Lovely, the name of one of the pagodas where there mural paintings are well reseved, is "Ma-shi-ka-na (မရွိခဏ)" Temple that means the temple of "No Lack". (PS: There are many other so-called "Ma-shi-ka-na" pagodas in Sagaing and in some other parts of the country.) In our group, the two guests from Yangon, also have the same interest in interior mural paintings and exterior decorative arabseques in the pagodas as me. According to U Panna, they are makers of the documentary of Maha Bodhi Ta Htaung Sayadawgyi and they seemed to make a documentary about A Myint and Thone Pan Hla, the areas of Second Bagan. They were taking a lot of photographs outside the temples and then we all were brought by Bagyi Gyan to another important site of the compount which is Aung Myay of Queen Sambula. In Myanmar Theravada Buddhist's beliefs, people like to visit Aung Myay where a famous person or a famous monk once succeeded in his resolution and wish in the past. We went up the stairs of the throne or platform of Aung Myay and stood on the slab to wish and make a resolution. The story about this Aung Myay is that Sambula once made a resolution here to renovate old stupas and temples in Thone Pan Hla before she became a queen. When she became the Queen of King Kyan Sit and her wishes were fulfilled, she built Thone Pan Hla Stupa surrounded by seven smaller stupas. At the other side of these red stupas and near western gate, the Aung Myay is there and there is another famous temple outside the brick walls of the compound. That temple is called Pitakat Wahso Teik and the mural paintings of Arhat monks who are paying homage to Buddha, on the concave ceiling of the temple. We walked on the walls to that temple and almost the whole of its exterior was recently renovated, so it seemed to lose some parts of ancient exterior decorations and even some lower parts of mural paintings inside the temple were already lost because of the later paintings of lime. Not only in that temple but also in the other temples, the lower parts were limed by the later people. U Thein Tan, one of my guests, said that they might have been lost perhaps because the later people who came here and stayed in the temples while perceiving eight percepts on Sabbath Days, might probably be leaning against the walls and thus they were faded. He continued to elicit that the paintings were probably made of watery fruits or vegetables and it might be a certain reason why their colour were easily faded years after years. Anyway, it just took a short time to fade them because the later people were less-educated in preserving ancient temples and antiques. Aother reason is that Buddhist people do renovating and rebuilding old stupas or temples as great merits. Thus, they were careless to preserve or renovate them without losing any ancient works that can become a national proof of the ancient times' standards in architecture and of the history.

We were shown the enshrined stuff which were found in renovating, such as broken ornamented smoking pipes in a big tent of trustees. In that tent, the picture of King Kyan Sit and Queen Sambula, a big map of spreading stupas and temples around Thone Pan Hla village and some pictures are hung on. Buddha statues and a red statue of U Wi Sara, the sign of this village and national hero who made a hunger strike over 160 days against British Colonial Government in British Rule and then passed away, were put on a table in the tent. After taking some photos and listening to Bagyi Gyan who was explaining to us about the temples without feeling tired, we walked back to our car. Bagyi Gyan walked along with us and waved his hands to us until our car had already left.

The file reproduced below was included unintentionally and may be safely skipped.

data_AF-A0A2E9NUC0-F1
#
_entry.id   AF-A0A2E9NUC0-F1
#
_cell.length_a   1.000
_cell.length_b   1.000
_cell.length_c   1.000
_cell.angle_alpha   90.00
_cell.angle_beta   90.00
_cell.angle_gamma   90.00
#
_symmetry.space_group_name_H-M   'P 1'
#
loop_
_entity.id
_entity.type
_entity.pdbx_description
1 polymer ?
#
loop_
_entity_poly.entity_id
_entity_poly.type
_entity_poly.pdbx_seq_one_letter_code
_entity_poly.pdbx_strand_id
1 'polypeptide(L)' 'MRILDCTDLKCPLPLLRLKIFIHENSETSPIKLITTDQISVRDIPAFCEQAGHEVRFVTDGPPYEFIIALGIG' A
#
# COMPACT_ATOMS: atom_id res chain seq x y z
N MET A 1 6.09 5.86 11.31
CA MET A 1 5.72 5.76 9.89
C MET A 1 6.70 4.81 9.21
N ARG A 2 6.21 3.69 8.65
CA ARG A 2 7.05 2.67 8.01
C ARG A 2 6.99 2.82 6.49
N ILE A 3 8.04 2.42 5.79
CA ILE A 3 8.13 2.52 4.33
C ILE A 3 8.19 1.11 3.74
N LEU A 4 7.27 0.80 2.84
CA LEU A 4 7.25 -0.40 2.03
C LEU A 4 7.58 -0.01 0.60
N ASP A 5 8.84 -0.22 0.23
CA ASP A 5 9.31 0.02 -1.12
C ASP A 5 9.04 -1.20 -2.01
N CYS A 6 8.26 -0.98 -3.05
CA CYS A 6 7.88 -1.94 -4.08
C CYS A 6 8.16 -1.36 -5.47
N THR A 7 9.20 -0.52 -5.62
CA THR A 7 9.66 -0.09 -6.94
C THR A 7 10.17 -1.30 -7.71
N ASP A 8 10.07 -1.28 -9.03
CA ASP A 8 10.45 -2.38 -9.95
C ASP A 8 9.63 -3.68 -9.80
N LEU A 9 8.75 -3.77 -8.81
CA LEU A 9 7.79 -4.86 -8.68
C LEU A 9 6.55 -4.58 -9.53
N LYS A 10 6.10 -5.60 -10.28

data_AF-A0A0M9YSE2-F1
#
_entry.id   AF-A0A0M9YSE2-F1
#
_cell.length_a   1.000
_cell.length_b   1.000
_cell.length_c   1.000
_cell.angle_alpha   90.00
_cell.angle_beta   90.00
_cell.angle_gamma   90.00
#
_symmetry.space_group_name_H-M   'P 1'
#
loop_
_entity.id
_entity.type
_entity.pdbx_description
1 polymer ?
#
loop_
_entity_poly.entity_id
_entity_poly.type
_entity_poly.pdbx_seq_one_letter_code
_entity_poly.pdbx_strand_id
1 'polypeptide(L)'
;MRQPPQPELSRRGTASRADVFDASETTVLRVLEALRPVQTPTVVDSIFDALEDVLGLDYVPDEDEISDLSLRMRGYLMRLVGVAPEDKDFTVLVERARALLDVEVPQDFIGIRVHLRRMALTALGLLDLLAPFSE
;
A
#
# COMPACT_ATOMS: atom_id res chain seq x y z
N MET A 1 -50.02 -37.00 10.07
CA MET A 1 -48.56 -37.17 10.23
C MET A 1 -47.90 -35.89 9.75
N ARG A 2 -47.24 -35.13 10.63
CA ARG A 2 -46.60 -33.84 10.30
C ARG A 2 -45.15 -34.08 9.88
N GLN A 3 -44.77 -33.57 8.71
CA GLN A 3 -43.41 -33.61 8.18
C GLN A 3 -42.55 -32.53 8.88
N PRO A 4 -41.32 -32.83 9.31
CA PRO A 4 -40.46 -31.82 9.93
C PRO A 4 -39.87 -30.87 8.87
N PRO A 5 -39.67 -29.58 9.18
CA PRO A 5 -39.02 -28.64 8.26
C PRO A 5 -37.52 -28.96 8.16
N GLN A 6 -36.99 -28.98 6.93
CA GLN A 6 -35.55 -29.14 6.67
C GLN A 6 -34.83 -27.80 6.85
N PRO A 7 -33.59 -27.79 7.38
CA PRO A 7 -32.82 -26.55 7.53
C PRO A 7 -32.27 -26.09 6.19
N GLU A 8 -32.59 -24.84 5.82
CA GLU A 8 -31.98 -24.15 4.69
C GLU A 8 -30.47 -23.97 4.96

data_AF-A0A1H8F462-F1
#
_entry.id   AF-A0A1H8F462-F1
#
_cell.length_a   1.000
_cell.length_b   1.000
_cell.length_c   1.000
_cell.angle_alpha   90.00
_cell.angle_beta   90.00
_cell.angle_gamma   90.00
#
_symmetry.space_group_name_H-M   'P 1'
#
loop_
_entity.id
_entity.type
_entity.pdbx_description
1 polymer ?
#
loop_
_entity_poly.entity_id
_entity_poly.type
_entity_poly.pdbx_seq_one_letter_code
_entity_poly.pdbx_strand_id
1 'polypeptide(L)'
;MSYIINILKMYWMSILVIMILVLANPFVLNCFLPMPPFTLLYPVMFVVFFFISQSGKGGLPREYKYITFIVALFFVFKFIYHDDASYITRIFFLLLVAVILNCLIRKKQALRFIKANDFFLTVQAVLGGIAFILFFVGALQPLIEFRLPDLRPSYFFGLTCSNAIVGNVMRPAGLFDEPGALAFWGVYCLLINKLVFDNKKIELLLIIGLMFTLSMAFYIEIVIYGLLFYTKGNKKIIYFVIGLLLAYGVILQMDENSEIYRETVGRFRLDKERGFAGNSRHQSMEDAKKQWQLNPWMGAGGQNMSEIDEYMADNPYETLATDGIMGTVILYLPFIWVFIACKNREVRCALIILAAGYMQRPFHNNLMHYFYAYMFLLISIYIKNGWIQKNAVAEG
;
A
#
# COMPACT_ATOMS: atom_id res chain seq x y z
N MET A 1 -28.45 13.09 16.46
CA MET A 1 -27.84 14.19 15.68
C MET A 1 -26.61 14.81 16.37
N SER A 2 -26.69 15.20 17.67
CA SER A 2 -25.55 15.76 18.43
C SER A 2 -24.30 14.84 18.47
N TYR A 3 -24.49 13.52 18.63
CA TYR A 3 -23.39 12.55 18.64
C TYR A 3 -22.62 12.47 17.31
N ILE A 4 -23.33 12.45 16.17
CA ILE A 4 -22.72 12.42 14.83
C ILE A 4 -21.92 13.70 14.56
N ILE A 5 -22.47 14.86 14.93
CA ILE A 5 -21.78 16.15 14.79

We passed through Tone Pan Hla village and saw other ancient stupas in different sizes and shapes. We passed a pond under big trees and people playing caneball nearby. In the center of the village, we passed a library named after U Wisara. Since we hadn't got much time and were going on to Pareinma Village, the native village of King Kyan Sit, in Myaung Township, we didn't go to any other temples. About at 1.00 pm in the afternoon, we said goodbye to Second Bagan where is rich of spreading historic temples and stupas covered by bushes. We learned that there are 132 stupas and temples, so I made a decision to visit Thone Pan Hla again very soon to look at more stupas and temples and study more about history of Second Bagan, our township's pride.

Anyway, I felt I was told a message by Thone Pan Hla that everything is Anicca (meaning 'impermanent' or 'not stable') according to Buddha's Dhamma. Thone Pan Hla was telling me that we have faced a lot of changes by time and reminding me not to forget this phenomenon. It had been a big city which its people commercially communicated with the people of the great Bagan Kingdom. It had been a city where dukes governed. Today, it becomes just a village but it still owns a great dignity in history.

We continued to Parein Ma, the native village of King Kyan Sit, where there also had a communication with Thone Pan Hla."